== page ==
Donna Summer ‎– Four Seasons Of Love

Casablanca ‎– NBLP 7038
Vinyl, LP, Album


A1 Spring Affair 8:32
A2 Summer Fever 8:08
B1 Autumn Changes 5:30
B2 Winter Melody 6:30
B3 Spring Reprise 3:53

Companies, etc.



Recorded in MusicLand Studios, Munich ; August / September 1976, An Oasis Recording.

LP housed in lyric sleeve with "For More Love From The First Lady" advert on rear showcasing "OCLP 5003 & OCLP 5004" LP's.

Original copies include a foldout 4 panel poster using full graphics same as the record cover.

℗ © 1976 Casablanca Records Inc.

Barcode and Other Identifiers

  • Matrix / Runout (Side A): NBLP-7038-A12-KMC
  • Matrix / Runout (Side B): NBLP-7038-B12-KMC

Other Versions (5 of 83) View All

Cat# Artist Title (Format) Label Cat# Country Year
ME.AI 3039 Donna Summer Four Seasons Of Love(Cass, Album) Durium ME.AI 3039 Italy 1976 Sell This Version
NBLP 7038 Donna Summer Four Seasons Of Love(LP, Album) Casablanca NBLP 7038 Australia 1976 Sell This Version
ATL 50 321 Donna Summer Four Seasons Of Love(LP, Album, Pos) Atlantic ATL 50 321 Germany 1977 Sell This Version
NBLP 7038 Donna Summer Four Seasons Of Love(LP, Album, San) Casablanca NBLP 7038 US 1976 Sell This Version
UICY-75298 Donna Summer Four Seasons Of Love(CD, Album, Ltd, P/Mixed, RE, RM, SHM) Mercury, Casablanca UICY-75298 Japan 2012 Sell This Version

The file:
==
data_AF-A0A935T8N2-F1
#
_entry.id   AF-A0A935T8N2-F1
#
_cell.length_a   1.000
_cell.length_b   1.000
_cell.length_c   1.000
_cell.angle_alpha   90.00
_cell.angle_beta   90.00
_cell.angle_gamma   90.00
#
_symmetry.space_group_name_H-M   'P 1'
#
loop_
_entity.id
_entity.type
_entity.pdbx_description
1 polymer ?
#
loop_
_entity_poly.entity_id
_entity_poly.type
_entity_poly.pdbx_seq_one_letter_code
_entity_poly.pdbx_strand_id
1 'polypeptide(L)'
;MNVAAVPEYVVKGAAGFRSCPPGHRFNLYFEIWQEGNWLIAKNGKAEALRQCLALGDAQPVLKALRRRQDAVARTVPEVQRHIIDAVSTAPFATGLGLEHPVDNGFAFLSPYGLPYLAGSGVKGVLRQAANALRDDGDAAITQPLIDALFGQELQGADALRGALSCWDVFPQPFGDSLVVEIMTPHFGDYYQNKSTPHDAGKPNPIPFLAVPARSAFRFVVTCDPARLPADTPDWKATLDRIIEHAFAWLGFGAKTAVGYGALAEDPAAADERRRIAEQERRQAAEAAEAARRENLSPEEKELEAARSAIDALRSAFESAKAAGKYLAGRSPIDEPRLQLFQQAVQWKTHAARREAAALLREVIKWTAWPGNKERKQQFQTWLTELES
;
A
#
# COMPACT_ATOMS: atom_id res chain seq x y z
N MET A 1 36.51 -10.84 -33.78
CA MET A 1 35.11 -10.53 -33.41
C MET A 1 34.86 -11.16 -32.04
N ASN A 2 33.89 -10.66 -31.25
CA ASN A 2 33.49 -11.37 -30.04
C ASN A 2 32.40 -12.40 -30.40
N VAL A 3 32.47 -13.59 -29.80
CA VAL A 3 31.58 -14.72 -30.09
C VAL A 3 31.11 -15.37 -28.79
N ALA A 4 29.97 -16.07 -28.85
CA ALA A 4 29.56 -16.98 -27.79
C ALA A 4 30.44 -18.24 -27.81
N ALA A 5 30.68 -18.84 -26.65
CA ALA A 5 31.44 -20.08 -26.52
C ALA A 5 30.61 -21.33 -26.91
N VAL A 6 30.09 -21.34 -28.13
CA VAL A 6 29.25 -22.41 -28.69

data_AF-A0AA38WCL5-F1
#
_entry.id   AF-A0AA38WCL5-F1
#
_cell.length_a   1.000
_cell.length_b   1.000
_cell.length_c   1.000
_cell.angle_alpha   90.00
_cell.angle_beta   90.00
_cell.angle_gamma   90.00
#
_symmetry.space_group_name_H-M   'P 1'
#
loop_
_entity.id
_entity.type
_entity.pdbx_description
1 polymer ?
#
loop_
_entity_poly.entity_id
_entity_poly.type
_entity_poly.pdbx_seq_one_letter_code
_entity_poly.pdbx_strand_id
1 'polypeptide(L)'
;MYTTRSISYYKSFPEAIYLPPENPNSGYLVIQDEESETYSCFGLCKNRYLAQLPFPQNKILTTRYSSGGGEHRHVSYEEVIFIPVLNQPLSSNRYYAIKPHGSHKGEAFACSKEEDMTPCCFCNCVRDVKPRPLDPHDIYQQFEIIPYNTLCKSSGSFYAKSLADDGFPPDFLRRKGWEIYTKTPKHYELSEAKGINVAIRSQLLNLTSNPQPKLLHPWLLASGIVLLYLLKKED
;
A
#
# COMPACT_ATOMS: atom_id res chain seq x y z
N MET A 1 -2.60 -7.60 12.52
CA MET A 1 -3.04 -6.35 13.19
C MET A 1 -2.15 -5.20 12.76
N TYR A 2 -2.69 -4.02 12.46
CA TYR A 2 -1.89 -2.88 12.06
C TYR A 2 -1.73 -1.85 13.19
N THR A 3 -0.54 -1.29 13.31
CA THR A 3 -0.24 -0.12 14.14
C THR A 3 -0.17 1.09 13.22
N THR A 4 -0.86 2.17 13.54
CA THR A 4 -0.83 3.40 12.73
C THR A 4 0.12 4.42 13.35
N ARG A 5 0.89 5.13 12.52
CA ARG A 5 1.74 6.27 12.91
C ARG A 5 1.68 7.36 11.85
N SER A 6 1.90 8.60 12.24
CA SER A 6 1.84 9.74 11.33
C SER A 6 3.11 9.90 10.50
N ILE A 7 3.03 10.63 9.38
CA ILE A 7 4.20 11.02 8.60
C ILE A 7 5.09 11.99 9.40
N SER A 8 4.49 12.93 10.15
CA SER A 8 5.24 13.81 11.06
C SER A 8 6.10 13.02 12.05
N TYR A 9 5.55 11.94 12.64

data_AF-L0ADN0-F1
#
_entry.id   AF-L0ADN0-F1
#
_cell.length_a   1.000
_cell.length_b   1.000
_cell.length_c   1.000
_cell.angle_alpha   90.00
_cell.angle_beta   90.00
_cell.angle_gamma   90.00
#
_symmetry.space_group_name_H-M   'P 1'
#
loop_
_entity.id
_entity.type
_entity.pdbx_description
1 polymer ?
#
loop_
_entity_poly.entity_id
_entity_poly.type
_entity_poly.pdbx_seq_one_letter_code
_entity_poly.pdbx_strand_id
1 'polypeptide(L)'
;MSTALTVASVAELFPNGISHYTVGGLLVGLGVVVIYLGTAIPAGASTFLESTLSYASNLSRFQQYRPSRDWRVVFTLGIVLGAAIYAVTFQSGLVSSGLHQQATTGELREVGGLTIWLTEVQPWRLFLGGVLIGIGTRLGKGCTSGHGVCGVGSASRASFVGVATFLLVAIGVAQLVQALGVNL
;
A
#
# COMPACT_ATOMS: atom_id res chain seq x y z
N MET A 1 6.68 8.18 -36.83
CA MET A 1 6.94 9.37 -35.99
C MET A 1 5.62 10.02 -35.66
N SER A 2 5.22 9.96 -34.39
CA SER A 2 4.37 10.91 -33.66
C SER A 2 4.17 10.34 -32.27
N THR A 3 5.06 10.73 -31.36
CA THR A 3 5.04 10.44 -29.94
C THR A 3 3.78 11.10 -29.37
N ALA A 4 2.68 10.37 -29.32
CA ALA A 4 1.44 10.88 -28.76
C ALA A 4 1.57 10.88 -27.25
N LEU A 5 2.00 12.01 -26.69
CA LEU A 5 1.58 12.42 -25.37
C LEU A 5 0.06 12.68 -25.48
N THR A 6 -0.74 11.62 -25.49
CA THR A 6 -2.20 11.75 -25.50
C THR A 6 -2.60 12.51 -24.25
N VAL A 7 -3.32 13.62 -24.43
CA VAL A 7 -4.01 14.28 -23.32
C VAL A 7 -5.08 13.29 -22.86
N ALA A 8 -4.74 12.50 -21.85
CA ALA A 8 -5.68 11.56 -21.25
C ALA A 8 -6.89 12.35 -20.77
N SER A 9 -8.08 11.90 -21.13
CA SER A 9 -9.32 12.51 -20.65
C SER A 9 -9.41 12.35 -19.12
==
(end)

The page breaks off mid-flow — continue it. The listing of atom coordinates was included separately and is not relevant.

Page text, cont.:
Add Review



July 18, 2018
Donna's third album for Casablanca, and more than her two previous efforts, this is an album you should listen to in its entirety. Singling out individual tracks would be a shame, as the album as a whole is telling a story. I agree it is a simple and a bit cliché plot of outlining the various phases of a relationship using the four annual seasons, but it is the way it is done here that makes the difference: the unrivaled pairing of vocals and instrumentation.

When Donna sings that very first line "ooh, something's coming over me", you know that something is going to happen and something may be coming over you as well. "Spring Affair" is the inviting dance number expressing the start of a new romance. The song flows seemlessly into "Summer Fever" when the relationship is at full bloom. Donna reaches surprisingly high notes here that may remind you of those famous high notes of Minnie Riperton's "Loving You". Both songs build a sixteen-and-a-half minute dancefloor marathon that will keep your club busy (maybe even four decades after the album's release date). But as the deejay in the club fades in the next song of his/her choice to the beat of "Summer Fever", you will hear the fade-out at home and right at that point, you know all good things must somehow come to an end...

So you flip over the vinyl (or continue to listen to track 3 in case of a CD)... yes... "Autumn Changes". This is not the Donna Summer you were used to. Sure, it still sounds like disco, but the mood has changed, just as the two lovers are slowly starting to drift apart. And as the days are getting shorter and turning darker, you will ultimately find yourself in a "Winter Melody": the state of heartbreak. But every negative aspect in life also has a positive counterpart: the ending of a relationship means that there is room for new love, which is expressed with the "Spring Reprise".

Maybe not her best concept album, but surely a sign of things to come, as the two next albums "I Remember Yesterday" and "Once Upon A Time" would illustrate.